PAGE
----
The Czech prime minister-designate Andrej Babiš, known as the “Czech Trump”, has said the Visegrád Group needs allies outside of Central Europe to fight illegal migration.
The Eurosceptic billionaire businessman, whose ANO (“yes”) party came first in the parliamentary race on Saturday, also said he intends to challenge the Franco-German-dominated European Union (EU) on its plans for deeper political integration and insisted the Czech Republic would take a more defining role in the bloc.
“We have to prepare topics, propose to the European Council (of EU leaders) what we want to change. Double food quality, [a] solution to migration, the fight against migration and other issues,” Babiš told Reuters.
Referencing the Visegrád Group of Central European nations – the Czech Republic, Hungary, Poland, and Slovakia – who oppose mass migration and the EU’s forced redistribution of Syrian refugees, the anti-euro currency politician said: “The Visegrad group must find other allies, we need Austria and other countries, in the Balkans, or Slovenia, Croatia and perhaps others.”
“We certainly have an ally in Austria, Mr. Kurz, who has the same view as we do on migration,” he added, referring to 31-year-old Austrian centre-right Foreign Minister Sebastian Kurz who came first place in national elections last week.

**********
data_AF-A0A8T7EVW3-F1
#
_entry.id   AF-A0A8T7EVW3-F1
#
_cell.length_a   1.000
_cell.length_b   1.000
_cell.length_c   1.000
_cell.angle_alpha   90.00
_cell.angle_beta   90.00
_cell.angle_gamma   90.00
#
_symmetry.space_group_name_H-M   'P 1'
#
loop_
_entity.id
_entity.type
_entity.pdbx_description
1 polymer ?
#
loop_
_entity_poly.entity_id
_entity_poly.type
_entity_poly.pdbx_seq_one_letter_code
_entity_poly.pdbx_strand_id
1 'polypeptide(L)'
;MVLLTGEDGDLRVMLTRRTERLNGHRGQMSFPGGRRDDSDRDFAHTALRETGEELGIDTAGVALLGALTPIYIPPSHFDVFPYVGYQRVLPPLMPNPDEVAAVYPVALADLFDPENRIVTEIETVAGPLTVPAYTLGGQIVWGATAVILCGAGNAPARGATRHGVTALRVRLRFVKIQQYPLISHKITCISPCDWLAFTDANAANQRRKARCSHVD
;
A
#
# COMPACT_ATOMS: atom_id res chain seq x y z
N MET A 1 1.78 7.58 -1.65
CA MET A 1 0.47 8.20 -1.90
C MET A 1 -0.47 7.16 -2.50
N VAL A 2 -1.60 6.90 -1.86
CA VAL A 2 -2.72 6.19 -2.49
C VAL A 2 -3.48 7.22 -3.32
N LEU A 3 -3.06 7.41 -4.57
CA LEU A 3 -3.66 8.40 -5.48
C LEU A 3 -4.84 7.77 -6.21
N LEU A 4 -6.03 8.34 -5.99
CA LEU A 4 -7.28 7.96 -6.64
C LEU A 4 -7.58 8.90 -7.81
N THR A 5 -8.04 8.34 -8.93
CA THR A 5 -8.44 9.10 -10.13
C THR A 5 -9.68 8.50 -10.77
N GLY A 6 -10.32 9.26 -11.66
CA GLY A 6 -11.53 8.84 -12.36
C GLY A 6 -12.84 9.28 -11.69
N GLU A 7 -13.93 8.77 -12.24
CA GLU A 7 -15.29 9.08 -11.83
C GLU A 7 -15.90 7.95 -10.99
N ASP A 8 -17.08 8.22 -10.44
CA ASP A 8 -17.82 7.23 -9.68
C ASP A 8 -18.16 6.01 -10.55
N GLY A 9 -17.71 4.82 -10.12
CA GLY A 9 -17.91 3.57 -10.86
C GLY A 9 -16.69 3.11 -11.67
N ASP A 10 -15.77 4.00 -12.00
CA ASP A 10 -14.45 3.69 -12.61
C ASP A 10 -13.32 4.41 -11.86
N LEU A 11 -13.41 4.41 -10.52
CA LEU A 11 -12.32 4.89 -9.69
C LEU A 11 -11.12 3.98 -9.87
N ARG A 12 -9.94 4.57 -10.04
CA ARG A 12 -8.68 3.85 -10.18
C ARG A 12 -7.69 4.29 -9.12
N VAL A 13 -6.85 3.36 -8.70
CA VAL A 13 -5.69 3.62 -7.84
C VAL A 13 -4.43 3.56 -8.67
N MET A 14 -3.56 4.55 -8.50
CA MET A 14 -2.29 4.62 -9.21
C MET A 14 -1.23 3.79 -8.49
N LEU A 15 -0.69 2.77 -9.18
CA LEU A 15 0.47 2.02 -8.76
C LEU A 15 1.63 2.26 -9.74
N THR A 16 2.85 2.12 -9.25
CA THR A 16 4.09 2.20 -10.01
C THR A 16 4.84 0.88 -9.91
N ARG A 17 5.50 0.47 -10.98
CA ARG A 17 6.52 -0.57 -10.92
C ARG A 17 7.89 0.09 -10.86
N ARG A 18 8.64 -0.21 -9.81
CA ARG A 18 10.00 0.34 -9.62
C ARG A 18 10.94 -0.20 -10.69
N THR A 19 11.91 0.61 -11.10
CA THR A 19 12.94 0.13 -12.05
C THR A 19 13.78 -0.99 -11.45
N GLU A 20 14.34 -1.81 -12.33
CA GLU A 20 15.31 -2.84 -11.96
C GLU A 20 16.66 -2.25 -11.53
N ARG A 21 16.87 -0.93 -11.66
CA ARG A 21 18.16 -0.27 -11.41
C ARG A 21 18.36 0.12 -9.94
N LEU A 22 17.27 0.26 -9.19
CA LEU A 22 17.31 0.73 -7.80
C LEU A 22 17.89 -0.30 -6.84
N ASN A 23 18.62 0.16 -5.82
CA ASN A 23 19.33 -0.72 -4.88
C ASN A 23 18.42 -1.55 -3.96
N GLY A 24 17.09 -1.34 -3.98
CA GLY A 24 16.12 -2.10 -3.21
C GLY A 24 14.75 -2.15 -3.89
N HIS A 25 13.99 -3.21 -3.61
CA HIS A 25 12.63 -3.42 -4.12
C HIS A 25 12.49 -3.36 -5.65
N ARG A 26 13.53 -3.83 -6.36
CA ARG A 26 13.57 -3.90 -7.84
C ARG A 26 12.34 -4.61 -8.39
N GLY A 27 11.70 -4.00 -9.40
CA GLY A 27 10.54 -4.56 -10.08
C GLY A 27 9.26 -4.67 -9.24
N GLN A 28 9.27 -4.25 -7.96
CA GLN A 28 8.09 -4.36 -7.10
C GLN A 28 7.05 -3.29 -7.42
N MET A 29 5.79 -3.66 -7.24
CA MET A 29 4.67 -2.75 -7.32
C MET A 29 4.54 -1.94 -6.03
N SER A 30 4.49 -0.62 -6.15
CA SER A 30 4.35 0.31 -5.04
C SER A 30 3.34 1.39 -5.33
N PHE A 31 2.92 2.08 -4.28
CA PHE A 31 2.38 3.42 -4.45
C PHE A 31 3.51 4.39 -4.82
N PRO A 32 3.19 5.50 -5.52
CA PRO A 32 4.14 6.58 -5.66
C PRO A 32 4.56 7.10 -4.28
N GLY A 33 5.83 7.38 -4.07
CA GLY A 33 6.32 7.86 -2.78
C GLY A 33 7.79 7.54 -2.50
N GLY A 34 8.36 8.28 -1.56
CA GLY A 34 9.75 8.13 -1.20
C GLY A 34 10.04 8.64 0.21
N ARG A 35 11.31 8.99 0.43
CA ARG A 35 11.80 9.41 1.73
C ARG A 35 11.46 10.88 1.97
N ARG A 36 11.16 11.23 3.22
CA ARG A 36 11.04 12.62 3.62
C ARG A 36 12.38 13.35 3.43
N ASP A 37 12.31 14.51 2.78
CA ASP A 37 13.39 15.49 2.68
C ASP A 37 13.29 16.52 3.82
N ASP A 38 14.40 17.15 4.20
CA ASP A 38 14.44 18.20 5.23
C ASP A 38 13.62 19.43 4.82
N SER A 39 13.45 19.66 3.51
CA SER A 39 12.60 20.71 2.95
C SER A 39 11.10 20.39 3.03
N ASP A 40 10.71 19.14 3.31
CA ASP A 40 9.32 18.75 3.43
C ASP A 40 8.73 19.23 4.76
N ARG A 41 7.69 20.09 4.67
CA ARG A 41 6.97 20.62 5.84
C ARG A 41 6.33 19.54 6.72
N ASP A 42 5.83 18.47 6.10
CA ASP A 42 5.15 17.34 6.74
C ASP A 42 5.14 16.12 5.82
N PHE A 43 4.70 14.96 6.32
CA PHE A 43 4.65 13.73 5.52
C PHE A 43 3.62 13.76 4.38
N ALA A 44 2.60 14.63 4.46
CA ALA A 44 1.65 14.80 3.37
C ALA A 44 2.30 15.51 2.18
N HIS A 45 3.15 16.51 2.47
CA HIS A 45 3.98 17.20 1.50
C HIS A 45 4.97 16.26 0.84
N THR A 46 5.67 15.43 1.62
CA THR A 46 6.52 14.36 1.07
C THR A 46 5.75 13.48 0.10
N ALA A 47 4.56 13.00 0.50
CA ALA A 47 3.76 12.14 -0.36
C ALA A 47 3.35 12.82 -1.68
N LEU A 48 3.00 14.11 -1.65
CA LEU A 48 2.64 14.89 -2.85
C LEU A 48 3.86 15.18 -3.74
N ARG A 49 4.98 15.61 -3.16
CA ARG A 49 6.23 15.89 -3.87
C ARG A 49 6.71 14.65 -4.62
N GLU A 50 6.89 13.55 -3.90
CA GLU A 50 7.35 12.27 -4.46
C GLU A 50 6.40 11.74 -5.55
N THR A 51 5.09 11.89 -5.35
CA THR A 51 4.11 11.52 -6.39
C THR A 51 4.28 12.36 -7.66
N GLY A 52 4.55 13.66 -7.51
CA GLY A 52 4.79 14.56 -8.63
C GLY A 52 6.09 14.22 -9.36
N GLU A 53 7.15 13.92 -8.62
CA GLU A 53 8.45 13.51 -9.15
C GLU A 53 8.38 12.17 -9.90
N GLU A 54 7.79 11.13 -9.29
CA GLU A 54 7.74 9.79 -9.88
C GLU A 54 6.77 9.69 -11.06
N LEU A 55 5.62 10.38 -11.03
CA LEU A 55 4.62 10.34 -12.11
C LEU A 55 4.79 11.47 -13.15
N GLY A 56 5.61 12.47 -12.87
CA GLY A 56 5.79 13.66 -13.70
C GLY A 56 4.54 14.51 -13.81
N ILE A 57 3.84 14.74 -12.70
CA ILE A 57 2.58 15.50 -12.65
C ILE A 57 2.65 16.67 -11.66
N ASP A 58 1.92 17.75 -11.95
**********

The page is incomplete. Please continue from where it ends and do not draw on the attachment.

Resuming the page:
With 99% counted, Czech election looks like a total collapse for the left, right-wing parties near doubling voteshttps://t.co/G2nof1nshj
— Oliver JJ Lane (@oliver_lane) October 21, 2017
The Czech’s mainstream left Social Democrats achieved their worst result in national history – echoing Austria’s results which saw Kurz’s People’s Party and the anti-mass migration potential coalition partner Freedom Party, which both campaigned on a platform of securing Austria’s borders, deporting failed asylum seekers, and anti-Islamisation, come first and second. The left-wing Social Democrats, which came first in the 2013 elections, came third.
In Austria’s political steer to the right, the country may find itself more closely aligned with the Visegrad Group as Norbert Hofer, the Freedom Party’s former presidential candidate, expressed an interest in Austria joining the “union within a union” – in order to counter the interests of the larger powers of France and Germany.
Before his landslide victory, where the billionaire’s party won nearly three times as many votes as the second runner-up, the liberal-conservative Civic Democratic Party (ODS), Babiš directed comments to Eurocrats in Brussels saying the bloc will fail unless its leaders learn lessons from Brexit.
Europe is moving to the right. The revolution is still rolling. pic.twitter.com/MNDY8JTORt
— Nigel Farage (@Nigel_Farage) October 23, 2017
Speaking on LBC radio Monday morning, Brexit leader Nigel Farage commented on the two consecutive victories for right-wing European politics: “Once again what we see are the traditional parties like the Social Democrats in the Czech Republic – the pro-EU party – collapsing down to seven per cent of the vote.
“The revolution of 2016 is still rolling. It’s still happening. I know that Tony Blair, Hillary Clinton, and others don’t want to believe it but look at the figures – it’s still happening.
“Europe is moving, and not just to the right, but in a very, very firmly Eurosceptic direction. Mrs. Merkel’s folly of saying that anyone that wants to come can come has fundamentally changed European politics.”